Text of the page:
Chinese metals prices tumbled on Thursday amid increasing worries that demand for commodities like steel and iron in the world's No. 2 economy is weakening.
The closely watched price of iron-ore traded on the Dalian Commodity Exchange closed down 8%, the daily trading limit, at 485 yuan (US$70.32) a ton, extending losses after a four-day rally was reversed on Wednesday.
In Shanghai, hot-rolled coil futures also dropped by the daily maximum of 7%, while steel-rebar futures plunged 6.2% at 2,931 yuan a ton, wiping out last week's gains.
The bearish mood in metals spilled over to other chemical and energy commodities, with coking-coal falling 6% and methanol prices declining 5%.
Iron ore and steel rebar prices are down about 20% from four-year highs reached in March. Behind the tumble are fears that expected demand for infrastructure and construction projects in China--long a pillar of global commodities prices--may not materialize as expected.
The already weak investor sentiment got a fresh hit on Thursday after six government agencies pledged to curb runaway local-government debt by stricter oversight of the projects they are pumping money into. Many of those projects are private-public partnerships that fund the construction of infrastructure projects like bridges and dams.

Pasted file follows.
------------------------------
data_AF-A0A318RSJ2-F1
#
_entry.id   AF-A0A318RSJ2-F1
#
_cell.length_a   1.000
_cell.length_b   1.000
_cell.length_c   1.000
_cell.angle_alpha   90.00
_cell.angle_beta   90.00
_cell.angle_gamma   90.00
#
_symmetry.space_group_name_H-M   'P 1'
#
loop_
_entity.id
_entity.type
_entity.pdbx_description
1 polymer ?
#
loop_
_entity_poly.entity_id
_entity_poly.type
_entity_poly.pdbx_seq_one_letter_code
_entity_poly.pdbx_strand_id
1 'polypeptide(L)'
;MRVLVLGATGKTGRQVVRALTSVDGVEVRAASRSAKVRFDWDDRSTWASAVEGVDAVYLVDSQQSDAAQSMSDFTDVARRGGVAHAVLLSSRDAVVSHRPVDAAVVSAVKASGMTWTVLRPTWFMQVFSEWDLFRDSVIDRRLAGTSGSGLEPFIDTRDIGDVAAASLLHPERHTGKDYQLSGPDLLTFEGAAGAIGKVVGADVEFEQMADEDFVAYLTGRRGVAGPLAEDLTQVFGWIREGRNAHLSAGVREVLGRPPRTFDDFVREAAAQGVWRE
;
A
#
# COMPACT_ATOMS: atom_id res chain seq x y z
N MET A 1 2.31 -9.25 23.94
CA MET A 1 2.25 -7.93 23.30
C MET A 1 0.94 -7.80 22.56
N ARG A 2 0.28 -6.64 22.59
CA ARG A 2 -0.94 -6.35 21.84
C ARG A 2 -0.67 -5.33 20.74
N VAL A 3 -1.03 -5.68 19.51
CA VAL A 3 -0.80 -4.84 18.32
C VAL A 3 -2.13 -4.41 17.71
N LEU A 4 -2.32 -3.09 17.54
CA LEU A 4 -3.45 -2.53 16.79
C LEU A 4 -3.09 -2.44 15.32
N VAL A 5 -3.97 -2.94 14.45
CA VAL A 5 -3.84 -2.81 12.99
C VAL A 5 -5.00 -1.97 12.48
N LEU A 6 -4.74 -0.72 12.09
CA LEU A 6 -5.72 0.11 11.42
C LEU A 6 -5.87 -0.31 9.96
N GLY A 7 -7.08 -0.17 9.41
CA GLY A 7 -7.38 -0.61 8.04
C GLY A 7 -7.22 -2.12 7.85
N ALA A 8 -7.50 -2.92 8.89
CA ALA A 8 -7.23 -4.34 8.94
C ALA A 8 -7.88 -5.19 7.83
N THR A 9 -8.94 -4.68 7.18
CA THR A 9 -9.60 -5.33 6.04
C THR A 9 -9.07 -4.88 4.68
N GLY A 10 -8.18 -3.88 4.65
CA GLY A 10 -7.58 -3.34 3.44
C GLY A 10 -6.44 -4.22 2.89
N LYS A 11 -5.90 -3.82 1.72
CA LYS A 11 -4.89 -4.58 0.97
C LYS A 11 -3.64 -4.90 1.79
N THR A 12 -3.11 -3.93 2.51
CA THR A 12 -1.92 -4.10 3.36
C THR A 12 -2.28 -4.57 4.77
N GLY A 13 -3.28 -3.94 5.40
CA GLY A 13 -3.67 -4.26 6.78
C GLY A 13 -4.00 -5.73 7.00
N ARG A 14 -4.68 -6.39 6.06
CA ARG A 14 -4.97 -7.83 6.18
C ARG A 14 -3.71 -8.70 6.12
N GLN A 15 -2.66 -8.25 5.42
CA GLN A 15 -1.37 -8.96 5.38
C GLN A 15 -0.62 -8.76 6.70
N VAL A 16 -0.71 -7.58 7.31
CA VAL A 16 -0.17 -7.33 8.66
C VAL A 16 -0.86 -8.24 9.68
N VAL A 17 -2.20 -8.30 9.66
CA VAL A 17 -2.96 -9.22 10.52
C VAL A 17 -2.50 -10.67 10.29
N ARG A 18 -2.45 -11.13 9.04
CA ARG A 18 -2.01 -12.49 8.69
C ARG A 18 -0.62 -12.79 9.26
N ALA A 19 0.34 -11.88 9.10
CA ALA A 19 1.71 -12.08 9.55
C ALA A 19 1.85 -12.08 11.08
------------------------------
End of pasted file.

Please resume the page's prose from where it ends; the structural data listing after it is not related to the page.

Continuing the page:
"This is beyond market expectation and exacerbated the correction in iron-ore futures, which was already vulnerable due to a supply-and-demand mismatch," said Ye Yanwu, research director at Shanghai-based Chaos Ternary Futures Co.
Investors had been betting on a pickup in partnership projects to lift demand for iron ore and other commodities, analysts said. Supply of metals has been climbing of late amid a sharp increase in imports after China's Lunar New Year holiday in February and increased domestic production since in the start of year price rally.
Also driving the current weakness in metals prices are rising concerns over China's economic prospects later this year, following weaker-than-expected manufacturing data released this week with the nation's factory sector growing at the weakest pace in seven months in April as demand lagged behind.
Meanwhile, tightening financial regulations are adding pressure on the real economy and demand for commodities, analysts say. Chinese leaders recently stepped up their rhetoric on safeguarding financial security, as the ruling Communist Party approaches a key five-year transition this Fall.
"Price movements in metals commodities are still largely driven by speculation, which has been hit hard by the central government's repeated calls for financial deleveraging," said Fan Qingtian, an analyst at Nanhua Futures Co.
"I don't think that the risks have been fully squeezed out and commodities may head down further," he said, adding that investors should stay cautious due to uncertainties over the extent of production capacity cuts of metals in the country.
Thursday's price correction in Chinese metals prices came as copper prices in the U.S. staged their biggest one-day percentage decline since September 2015 overnight, as inventories climbed.
Copper for May delivery fell 3.5%, to $2.5330 a pound, on the Comex division of the New York Mercantile Exchange on Wednesday.
--Yifan Xie and David Hodari